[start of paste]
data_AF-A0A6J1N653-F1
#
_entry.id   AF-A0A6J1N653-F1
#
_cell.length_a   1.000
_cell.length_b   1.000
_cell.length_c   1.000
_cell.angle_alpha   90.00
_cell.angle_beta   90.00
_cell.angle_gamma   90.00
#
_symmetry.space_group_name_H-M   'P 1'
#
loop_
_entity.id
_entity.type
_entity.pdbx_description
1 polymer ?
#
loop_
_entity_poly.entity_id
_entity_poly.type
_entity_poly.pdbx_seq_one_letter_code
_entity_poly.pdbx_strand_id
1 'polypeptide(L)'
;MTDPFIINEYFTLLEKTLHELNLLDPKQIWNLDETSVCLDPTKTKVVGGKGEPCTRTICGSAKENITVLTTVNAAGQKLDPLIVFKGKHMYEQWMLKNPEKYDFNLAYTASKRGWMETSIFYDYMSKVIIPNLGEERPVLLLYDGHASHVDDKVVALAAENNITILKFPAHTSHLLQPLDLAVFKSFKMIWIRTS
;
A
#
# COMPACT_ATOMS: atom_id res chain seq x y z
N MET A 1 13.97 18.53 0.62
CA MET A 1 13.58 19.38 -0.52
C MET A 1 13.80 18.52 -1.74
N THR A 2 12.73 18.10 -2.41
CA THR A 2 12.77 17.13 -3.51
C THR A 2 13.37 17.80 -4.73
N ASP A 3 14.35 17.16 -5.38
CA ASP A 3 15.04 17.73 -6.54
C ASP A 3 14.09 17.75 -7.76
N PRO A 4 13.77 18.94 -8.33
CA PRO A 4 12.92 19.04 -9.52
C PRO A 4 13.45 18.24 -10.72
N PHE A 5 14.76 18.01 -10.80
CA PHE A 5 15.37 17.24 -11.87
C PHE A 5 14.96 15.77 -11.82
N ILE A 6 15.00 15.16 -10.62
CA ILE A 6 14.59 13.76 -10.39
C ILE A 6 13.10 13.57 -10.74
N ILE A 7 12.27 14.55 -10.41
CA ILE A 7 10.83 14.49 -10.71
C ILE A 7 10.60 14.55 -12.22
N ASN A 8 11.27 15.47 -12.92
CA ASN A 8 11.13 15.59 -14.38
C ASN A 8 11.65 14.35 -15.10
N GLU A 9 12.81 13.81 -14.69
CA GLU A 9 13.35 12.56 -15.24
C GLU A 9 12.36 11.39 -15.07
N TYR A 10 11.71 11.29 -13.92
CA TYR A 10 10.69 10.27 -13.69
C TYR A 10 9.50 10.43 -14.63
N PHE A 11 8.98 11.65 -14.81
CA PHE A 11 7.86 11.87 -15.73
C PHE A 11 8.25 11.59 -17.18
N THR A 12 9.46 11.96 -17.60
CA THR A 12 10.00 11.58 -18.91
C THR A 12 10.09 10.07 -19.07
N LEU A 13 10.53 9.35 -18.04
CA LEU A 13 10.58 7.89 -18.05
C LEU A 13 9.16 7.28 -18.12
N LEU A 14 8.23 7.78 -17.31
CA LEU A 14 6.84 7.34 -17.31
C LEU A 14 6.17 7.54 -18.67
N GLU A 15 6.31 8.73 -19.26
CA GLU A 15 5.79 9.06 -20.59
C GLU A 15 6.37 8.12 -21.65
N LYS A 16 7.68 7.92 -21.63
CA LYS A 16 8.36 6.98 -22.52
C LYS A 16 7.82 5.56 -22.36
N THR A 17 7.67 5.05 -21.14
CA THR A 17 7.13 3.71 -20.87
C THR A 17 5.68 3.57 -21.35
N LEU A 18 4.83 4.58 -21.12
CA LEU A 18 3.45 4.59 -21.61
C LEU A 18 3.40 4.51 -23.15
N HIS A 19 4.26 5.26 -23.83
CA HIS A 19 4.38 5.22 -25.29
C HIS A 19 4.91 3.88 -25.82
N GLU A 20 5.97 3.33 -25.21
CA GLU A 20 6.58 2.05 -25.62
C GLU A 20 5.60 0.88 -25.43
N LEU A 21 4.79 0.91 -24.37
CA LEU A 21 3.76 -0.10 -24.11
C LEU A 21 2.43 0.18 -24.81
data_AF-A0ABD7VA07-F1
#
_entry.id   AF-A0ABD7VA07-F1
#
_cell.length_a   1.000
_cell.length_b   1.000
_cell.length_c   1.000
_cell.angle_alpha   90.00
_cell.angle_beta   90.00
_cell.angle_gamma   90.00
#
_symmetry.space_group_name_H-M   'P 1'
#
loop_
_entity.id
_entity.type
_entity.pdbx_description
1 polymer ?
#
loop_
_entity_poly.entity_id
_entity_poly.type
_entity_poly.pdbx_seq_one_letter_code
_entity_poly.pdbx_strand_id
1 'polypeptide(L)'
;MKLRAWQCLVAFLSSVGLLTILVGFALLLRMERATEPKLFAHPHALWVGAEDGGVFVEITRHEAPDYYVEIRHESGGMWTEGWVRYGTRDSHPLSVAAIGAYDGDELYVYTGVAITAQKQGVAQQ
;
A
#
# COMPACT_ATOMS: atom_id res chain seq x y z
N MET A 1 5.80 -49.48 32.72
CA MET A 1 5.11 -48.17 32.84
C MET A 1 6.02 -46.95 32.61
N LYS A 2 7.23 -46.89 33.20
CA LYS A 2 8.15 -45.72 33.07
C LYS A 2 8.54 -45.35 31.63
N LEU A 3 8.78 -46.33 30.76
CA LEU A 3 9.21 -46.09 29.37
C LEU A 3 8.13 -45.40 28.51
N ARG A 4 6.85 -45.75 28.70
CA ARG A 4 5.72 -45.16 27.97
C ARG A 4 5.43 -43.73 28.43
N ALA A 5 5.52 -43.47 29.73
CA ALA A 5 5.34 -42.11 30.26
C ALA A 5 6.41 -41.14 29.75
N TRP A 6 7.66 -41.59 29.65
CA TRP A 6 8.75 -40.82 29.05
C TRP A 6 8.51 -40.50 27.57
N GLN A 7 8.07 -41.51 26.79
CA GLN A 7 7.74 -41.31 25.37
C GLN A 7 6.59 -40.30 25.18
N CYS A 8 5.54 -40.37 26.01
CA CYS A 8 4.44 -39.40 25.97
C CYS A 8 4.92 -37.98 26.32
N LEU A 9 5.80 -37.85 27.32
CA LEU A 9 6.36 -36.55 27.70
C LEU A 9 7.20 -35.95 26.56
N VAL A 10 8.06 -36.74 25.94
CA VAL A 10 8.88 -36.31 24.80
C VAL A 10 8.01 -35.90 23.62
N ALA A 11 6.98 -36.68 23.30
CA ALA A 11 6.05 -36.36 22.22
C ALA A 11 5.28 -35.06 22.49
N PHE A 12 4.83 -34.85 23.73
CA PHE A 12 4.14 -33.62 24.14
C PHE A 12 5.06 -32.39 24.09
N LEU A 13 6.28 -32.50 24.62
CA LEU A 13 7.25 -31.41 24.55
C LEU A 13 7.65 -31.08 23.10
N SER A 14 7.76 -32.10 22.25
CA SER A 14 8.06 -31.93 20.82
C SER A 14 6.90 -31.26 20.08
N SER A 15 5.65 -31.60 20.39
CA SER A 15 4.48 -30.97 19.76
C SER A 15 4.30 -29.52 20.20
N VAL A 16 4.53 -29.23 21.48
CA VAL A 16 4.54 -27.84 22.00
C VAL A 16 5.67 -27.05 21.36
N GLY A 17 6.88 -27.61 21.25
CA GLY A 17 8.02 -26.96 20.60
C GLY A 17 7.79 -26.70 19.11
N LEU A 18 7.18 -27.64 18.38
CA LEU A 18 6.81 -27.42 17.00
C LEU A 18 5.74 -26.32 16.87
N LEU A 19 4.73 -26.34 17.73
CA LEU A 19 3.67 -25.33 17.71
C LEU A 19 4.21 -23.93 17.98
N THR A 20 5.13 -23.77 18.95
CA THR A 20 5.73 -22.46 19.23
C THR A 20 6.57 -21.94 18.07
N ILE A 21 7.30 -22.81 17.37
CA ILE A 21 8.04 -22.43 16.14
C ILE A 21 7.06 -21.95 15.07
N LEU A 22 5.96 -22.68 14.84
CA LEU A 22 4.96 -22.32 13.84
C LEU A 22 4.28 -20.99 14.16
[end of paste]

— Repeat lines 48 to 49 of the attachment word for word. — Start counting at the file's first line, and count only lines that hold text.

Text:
C ILE A 6 13.10 13.57 -10.74
N ILE A 7 12.27 14.55 -10.41